Saturday, March 03, 2012

Book examines historic Maori-Chinese bonds

By Lincoln Tan
5:00 AM Tuesday Mar 25, 2008

Manying Ip says Maori-Chinese relationships are one of the least- documented pieces of New Zealand history. Photo / Martin Sykes
Manying Ip says Maori-Chinese relationships are one of the least- documented pieces of New Zealand history. Photo / Martin Sykes

The Chinese men wanted the Maori women for sex, and the women went to them for the money - but it was more than a commercial arrangement, because they did have a relationship - just not the conventional husband-and-wife type.

This little-known facet of New Zealand's history is revealed in a new book by University of Auckland academic Manying Ip.

The men, who were mostly market gardeners, had wives and children in China, she says, but they never saw their families, and had children with the Maori women who worked in their gardens.

And some Maori families encouraged their daughters to be with the Chinese because they were seen as "financially secure".

Maori-Chinese relationships were complicated, and are one of the least understood and documented pieces of New Zealand history, says Dr Ip.

Her book, Being Maori-Chinese, aims to give an insight into the complexities of this cross-cultural alliance.

"Maori-Chinese are hardly featured in mainstream New Zealand history, and strangely, it is a topic that has also been largely ignored by both Maori and Chinese historians here," said Dr Ip, an associate professor of Chinese at the Auckland University, explaining why she decided to investigate the topic for her book.

But the complexities, and sensitivities surrounding it could be reasons local historians have shied away from it.

One Maori elder at the Otaki campus of Te Wananga-o-Raukawa concluded that Professor Ip would get nowhere with her research, because Maori-Chinese would be very sensitive and would not share any in-depth information.

"Are you sure you want to pursue this study on Maori-Chinese relations? I don't think people will tell you much," he said in a letter to Professor Ip.

"Actually, between the Chinese and the Maori, often there weren't marriages as such. There were relationships, yes. After all, the Chinese men lived here without their women for years and years.

"But often the Maori girls wouldn't expect marriage ... I mean, those were very hard times. The girls did as they were told. More often than not, there's no marriage, not even long-term relationships"

But having Maori-Chinese friends, whom she met through her work as a community advocate, writer and someone devoted to fostering better race relations, gained Professor Ip the much-needed acceptance among the group to enable her to conduct the in-depth research that would form the basis of her book.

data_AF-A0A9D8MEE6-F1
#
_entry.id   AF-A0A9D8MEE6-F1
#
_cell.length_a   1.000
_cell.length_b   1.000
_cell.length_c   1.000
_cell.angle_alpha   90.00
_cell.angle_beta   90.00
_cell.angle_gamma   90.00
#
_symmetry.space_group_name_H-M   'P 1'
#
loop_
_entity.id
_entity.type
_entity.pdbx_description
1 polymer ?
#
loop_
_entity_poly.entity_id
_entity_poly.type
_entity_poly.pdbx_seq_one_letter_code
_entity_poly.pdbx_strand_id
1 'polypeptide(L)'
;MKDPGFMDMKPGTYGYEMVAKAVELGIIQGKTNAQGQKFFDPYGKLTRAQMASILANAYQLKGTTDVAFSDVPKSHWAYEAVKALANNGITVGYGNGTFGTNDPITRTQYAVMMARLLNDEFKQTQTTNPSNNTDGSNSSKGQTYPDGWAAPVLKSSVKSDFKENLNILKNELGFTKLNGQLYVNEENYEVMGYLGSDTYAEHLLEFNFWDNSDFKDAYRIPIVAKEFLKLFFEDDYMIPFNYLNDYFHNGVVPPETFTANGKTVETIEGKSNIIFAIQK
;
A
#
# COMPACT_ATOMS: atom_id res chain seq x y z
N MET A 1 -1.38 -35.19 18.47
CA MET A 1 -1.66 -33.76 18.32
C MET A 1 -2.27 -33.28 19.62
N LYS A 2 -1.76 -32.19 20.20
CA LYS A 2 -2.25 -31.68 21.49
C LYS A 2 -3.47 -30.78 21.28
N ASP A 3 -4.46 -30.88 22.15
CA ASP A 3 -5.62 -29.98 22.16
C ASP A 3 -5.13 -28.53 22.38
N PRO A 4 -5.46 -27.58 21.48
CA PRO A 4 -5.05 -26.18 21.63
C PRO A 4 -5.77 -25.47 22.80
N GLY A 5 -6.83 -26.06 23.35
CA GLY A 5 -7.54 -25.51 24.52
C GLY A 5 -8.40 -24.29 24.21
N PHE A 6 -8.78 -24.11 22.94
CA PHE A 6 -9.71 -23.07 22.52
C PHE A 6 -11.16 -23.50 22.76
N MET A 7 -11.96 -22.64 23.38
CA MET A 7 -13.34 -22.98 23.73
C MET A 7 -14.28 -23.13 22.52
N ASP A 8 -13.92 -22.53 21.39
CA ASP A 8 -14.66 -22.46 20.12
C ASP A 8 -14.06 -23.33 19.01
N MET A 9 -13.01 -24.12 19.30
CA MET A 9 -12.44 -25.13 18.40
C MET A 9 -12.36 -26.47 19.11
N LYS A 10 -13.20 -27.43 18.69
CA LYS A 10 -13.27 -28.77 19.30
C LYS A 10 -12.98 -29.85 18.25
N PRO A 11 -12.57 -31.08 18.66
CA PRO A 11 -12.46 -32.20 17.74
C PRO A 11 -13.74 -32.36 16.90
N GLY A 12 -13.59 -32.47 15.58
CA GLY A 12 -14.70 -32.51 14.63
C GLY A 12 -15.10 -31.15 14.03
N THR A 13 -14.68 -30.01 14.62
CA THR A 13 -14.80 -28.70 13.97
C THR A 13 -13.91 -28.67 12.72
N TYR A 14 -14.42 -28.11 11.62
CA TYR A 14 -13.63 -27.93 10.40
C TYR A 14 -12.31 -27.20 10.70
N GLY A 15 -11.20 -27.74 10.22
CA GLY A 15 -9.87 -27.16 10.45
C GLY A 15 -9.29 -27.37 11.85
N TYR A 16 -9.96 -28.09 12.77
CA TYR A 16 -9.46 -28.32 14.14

Today, the younger Maori-Chinese may be confident with their multiple roots and the cultural advantages they possess, but it was a very different story in the past, she said.

"Trying to establish a positive Maori-Chinese identity when both Maori and Chinese were considered undesirable was an ongoing struggle for each one of them," said Professor Ip, who described Maori and Chinese as marginalised communities in New Zealand.

"Sharing memories of one's past is never easy, but for the interviewees it is that much harder because their stories are not just about struggles against social discrimination, but often of family disapproval."

Over five years, she worked closely with seven Maori-Chinese families, whose stories are featured in the book.

"I guess this book is not just about who they are, but it would also help us with looking at who we are and what New Zealand society will become in the future," Professor Ip said.

Manying Ip was born in Guizhou, China, and raised in Hong Kong. She came to New Zealand in 1974 and gained an MA in Chinese literature and a PhD in history at Auckland University.

She has been a long-time researcher on Chinese New Zealanders and Asian immigrants.

Her other books include Aliens at My Table: Asians As New Zealanders See Them (2005), Unfolding History, Evolving Identity: Chinese in New Zealand (2003) and Home Away From Home: Life Stories of Chinese Women in New Zealand (1990).

Being Maori-Chinese is published by Auckland University Press and will be available in bookshops next month.
By Lincoln Tan | Email Lincoln
Related Tags

No comments: